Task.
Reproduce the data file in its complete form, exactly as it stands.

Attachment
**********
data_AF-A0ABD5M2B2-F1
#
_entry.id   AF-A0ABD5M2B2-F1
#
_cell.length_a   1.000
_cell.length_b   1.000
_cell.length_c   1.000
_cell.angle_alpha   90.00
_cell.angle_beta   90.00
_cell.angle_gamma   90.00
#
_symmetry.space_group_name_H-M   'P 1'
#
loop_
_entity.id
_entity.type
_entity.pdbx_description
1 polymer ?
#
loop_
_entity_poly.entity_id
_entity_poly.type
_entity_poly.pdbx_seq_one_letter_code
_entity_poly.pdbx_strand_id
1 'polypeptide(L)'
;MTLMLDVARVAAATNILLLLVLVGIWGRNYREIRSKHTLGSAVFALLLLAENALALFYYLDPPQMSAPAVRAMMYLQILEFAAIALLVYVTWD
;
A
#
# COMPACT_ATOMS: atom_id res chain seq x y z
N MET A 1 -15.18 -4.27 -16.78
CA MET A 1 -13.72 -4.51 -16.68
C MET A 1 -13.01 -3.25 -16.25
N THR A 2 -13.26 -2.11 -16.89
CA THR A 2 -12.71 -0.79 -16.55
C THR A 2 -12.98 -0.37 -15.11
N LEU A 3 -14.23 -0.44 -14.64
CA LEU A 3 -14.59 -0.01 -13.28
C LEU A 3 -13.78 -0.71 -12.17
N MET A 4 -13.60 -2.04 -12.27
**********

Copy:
data_AF-A0ABD5M2B2-F1
#
_entry.id   AF-A0ABD5M2B2-F1
#
_cell.length_a   1.000
_cell.length_b   1.000
_cell.length_c   1.000
_cell.angle_alpha   90.00
_cell.angle_beta   90.00
_cell.angle_gamma   90.00
#
_symmetry.space_group_name_H-M   'P 1'
#
loop_
_entity.id
_entity.type
_entity.pdbx_description
1 polymer ?
#
loop_
_entity_poly.entity_id
_entity_poly.type
_entity_poly.pdbx_seq_one_letter_code
_entity_poly.pdbx_strand_id
1 'polypeptide(L)'
;MTLMLDVARVAAATNILLLLVLVGIWGRNYREIRSKHTLGSAVFALLLLAENALALFYYLDPPQMSAPAVRAMMYLQILEFAAIALLVYVTWD
;
A
#
# COMPACT_ATOMS: atom_id res chain seq x y z
N MET A 1 -15.18 -4.27 -16.78
CA MET A 1 -13.72 -4.51 -16.68
C MET A 1 -13.01 -3.25 -16.25
N THR A 2 -13.26 -2.11 -16.89
CA THR A 2 -12.71 -0.79 -16.55
C THR A 2 -12.98 -0.37 -15.11
N LEU A 3 -14.23 -0.44 -14.64
CA LEU A 3 -14.59 -0.01 -13.28
C LEU A 3 -13.78 -0.71 -12.17
N MET A 4 -13.60 -2.04 -12.27